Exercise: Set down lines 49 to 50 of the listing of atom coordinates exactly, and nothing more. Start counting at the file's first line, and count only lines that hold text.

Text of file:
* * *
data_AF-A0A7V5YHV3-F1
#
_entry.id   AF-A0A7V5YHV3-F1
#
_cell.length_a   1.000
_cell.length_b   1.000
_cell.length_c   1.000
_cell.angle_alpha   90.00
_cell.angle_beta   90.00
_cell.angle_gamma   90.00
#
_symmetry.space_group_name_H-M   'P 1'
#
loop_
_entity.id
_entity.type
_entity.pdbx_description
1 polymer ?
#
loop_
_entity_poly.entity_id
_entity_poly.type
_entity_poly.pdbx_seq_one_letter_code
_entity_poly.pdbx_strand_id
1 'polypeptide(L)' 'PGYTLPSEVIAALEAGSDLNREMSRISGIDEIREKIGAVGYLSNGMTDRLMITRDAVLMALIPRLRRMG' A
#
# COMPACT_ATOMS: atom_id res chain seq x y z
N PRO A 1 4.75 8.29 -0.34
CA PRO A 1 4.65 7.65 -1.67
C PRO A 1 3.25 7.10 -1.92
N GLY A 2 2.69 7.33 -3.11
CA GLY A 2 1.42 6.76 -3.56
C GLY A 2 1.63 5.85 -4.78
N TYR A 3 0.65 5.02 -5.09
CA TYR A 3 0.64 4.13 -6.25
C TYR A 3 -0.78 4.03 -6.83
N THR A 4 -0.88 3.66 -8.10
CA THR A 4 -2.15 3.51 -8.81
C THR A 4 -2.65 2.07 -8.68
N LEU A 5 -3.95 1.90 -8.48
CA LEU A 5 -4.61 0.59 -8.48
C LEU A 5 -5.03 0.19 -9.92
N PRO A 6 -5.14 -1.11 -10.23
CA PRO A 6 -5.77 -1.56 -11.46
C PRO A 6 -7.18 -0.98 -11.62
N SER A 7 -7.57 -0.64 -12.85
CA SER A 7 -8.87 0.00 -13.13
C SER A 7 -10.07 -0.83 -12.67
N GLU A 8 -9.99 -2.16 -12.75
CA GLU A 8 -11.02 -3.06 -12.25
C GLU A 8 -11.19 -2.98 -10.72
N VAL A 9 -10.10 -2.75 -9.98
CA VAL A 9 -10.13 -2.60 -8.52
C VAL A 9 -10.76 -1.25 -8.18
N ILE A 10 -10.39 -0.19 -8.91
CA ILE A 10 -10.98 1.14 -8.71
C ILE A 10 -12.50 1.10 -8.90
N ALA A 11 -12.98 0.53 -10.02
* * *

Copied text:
N GLU A 8 -9.99 -2.16 -12.75
CA GLU A 8 -11.02 -3.06 -12.25